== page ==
In all leadership positions he has actively pursued initiatives to promote university-community engagement. His work in community engagement in Milwaukee is outlined in two co-authored books: A Time for Boldness: A Story of Institutional Change and Creating a New Kind of University: Institutionalizing Community-University Engagement. His research interests include public policy and policy implementation, urban politics, disability rights policy, and university-community engagement.



Guest Speaker:
Steven Eberlein

Tuesday, April 11, 2017

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Steve is the foundations director, seismic hazards preparedness expert and Prepare Out Loud presenter for the American Red Cross Cascades Region.  

The Cascadia earthquake, and preparedness for disasters are topics of special interest to Steve.  He was a witness to the destruction of the 2004 Boxing Day Tsunami in Sri Lanka and he experienced the unexpected Klamath Falls earthquakes in 1993.  

Prior to coming to the Red Cross, Steve lived in Asia for four years where he worked as a disaster relief aid worker and geography teacher. 

Steve’s presentation will practically prepare us for disasters of all kinds (including a Cascadia earthquake), by being vocal about your preparedness and encouraging others to start preparing. Steven will discuss in detail the science and history of the Cascadia Subduction Zone, human behavior during disasters, resources preparation and much more.



Guest Speakers:
Dr. Hidehiko Kanegae and Dr. Yusuke Toyoda

February 22, 2017

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Dr. Hideaki Kanegae, Professor, and Dr. Yusuke Toyoda, Assistant Professor, are faculty members at the Graduate School of Policy Science as well as Research Members of the Disaster Mitigation for Urban Cultural Heritage (R-DMUCH) at Ritsumeikan University, Japan. 

Community Planning for Disaster Mitigation in the Higher Risk Century

Come learn about how recent natural disasters triggered not only a public planning process focused on economic development and environmental management, but also a shift in planning’s emphasis from “sustainability” [SymbioCity Kyoto]
to robustness and “resiliency” [ResilienCity Kyoto], including social and cultural continuity.

This speech introduces examples of community planning for disaster mitigation and preparedness in Kyoto, in Japan and other countries where facing highly frequency of natural disasters in XXI century.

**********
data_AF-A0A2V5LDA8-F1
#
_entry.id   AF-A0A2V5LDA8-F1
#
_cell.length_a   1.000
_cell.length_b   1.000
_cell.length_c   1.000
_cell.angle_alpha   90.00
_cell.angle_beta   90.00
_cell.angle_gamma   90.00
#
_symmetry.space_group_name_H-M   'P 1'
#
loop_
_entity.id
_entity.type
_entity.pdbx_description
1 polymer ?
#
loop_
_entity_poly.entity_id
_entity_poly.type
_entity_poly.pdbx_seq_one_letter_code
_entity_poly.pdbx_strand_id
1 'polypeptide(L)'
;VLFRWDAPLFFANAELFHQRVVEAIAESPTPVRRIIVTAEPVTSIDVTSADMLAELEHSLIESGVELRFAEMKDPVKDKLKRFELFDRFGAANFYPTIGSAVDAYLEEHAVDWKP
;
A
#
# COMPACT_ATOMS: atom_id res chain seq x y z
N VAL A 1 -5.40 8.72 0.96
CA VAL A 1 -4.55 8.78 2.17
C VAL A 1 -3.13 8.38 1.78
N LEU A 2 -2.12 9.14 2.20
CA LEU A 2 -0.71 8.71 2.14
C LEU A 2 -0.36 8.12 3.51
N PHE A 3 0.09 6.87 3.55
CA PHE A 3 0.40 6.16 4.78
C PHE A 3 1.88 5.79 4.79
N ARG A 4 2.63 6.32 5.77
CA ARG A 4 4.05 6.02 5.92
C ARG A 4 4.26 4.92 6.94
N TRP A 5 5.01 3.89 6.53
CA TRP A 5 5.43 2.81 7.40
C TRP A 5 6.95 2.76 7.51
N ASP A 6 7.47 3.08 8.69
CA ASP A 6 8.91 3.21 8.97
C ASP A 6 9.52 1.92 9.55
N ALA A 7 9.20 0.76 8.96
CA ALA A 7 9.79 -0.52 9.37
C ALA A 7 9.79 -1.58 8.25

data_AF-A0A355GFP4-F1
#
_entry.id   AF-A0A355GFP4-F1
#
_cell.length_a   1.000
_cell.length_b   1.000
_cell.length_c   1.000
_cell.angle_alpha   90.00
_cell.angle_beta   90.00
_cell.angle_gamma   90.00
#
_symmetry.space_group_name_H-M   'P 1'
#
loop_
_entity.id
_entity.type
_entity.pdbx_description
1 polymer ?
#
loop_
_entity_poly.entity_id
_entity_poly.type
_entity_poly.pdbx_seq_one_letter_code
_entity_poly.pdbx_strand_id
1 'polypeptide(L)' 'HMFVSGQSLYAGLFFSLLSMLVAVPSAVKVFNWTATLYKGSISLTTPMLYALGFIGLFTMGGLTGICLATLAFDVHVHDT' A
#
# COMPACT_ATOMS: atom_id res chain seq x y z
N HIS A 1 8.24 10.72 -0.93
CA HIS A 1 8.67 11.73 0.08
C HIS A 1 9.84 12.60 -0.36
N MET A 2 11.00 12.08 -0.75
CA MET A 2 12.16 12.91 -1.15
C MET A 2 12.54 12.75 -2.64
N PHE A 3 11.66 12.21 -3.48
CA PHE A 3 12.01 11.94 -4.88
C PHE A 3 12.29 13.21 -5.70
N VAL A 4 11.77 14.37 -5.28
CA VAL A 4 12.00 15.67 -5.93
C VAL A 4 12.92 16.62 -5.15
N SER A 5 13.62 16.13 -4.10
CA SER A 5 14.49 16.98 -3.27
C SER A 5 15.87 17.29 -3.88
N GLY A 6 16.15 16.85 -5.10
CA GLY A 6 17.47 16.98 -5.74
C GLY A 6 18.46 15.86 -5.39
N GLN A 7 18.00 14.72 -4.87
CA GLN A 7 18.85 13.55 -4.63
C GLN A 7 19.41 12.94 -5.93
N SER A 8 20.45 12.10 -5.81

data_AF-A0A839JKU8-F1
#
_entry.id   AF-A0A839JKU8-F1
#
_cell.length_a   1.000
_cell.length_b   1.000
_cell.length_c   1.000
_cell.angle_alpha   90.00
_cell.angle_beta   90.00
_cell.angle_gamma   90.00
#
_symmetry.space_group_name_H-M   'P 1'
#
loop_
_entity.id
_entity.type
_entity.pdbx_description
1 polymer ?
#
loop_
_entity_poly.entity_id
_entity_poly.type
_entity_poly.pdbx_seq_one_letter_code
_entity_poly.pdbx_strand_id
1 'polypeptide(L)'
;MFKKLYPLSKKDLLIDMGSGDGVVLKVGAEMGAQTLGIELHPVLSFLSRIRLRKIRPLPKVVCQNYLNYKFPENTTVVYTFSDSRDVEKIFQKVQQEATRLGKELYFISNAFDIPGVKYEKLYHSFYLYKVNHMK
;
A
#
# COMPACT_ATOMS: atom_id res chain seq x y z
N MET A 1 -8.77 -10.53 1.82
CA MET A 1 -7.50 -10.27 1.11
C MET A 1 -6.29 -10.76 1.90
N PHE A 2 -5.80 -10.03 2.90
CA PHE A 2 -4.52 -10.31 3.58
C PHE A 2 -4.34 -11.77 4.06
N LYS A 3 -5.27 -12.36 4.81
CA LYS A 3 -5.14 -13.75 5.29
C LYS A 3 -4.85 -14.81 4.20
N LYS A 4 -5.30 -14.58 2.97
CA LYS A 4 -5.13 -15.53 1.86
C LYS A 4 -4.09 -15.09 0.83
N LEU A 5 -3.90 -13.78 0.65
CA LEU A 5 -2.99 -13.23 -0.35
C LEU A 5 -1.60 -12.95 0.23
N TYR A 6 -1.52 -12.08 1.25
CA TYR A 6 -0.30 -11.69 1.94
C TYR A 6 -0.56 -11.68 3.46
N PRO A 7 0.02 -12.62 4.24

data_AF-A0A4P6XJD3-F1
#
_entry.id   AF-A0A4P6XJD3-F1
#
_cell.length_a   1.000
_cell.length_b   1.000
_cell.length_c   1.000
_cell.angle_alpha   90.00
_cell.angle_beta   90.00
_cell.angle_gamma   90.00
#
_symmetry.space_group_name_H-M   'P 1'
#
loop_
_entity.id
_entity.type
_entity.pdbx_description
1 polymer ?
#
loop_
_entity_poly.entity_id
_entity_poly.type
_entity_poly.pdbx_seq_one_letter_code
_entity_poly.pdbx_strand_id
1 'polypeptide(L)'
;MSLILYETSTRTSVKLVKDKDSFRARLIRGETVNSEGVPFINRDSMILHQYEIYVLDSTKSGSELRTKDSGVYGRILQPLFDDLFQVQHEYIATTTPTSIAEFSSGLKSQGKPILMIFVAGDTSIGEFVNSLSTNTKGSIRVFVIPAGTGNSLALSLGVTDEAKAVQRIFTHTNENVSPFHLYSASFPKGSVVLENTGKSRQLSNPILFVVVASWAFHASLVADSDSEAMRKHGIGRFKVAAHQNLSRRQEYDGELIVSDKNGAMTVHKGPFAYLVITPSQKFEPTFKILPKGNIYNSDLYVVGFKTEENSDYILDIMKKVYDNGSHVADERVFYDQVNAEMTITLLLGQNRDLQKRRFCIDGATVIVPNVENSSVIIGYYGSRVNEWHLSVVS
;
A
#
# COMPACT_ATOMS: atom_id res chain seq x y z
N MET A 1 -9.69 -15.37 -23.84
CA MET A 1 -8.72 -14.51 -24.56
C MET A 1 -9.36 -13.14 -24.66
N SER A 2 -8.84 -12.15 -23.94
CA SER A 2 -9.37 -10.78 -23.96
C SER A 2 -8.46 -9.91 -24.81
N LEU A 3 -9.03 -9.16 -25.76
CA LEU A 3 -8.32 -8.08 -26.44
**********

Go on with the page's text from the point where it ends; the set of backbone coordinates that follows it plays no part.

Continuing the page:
Guest Speaker:
Dan Bihn

January 20, 2017

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ICDR Guest Speaker: Dan BihnDan Bihn is an engineer-storyteller who translates and communicates complex energy issues to nontechnical audiences through lectures, classes, and interactive eBooks. In 2013, he was an invited speaker at Tohoku University’s symposium for post-Fukushima disaster resilient energy systems. This was followed in early 2014 by a lecture series he gave in Jamaica on “Smart Energy Islands” funded by the Japan Foundation of New York. Dan has spent more than 7 years working and studying as an engineer in Japan. Today, he lives in Portland and frequently travels to Japan in search of important energy stories. He holds a master’s degree in electrical and computer engineering from UC Davis.



Guest Speaker:
Amya Miller

October 13-14, 2016

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ICDR Guest Speaker: Amya MillerAmya Miller was born and raised in Japan to American parents.  She attended both Japanese and international boarding schools as a child.  At age 18 she returned to the US for university and upon graduation worked for a variety of public, and private sector organizations focusing on US-Japan relations.  She returned to Japan to volunteer after the disaster that struck the Tohoku region on March 11, 2011 and has focused her time in the City of Rikuzentakata where she has served as the director of global public relations, special adviser, and this year principle consultant to the city.  She lives in Tokyo with her husband.

Ms. Miller will discuss the efforts made by the city of Rikuzentakata and the people in the community to "recreate" a new Rikuzentakata. She will share some of the lessons learned from the tragedy in terms of building a resilient community as the city faces new and old challenges.   





Guest Speaker:
Jay Wilson

September 16, 2016

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 ICDR Guest Speaker: Jay WilsonMr. Wilson is the Resilience Coordinator at Clackamas County Department of Emergency Management, Chair of the Oregon Seismic Safety Policy Advisory Commission (OSSPAC), as well as a Disaster Resilience Fellow with the National Institute of Standards and Technology (NIST). He has participated as local emergency management practitioner on EERI Government and Societal impacts reconnaissance team for Tohoku, Japan Tsunami disaster. He has provided invited testimony to the U.S. House Science Committee on the development of the 2006 Tsunami Warning and Education Act. He authored an OEM After-Action Report for June 14, 2005 tsunami warning along US West Coast.

Mr. Wilson will share his experience of visiting the Tohoku region Japan where the magnitude 9.0 earthquake and tsunami happened in March 2011. This talk will also provide his insight on the importance of establishing a hub for education, research, and international exchange programs that address the important topics of natural disasters. 

Have comments or suggestions for future Speaker Series presentations?
Please contact:

Josh Metzler ( - Program Coordinator, Center for Public Service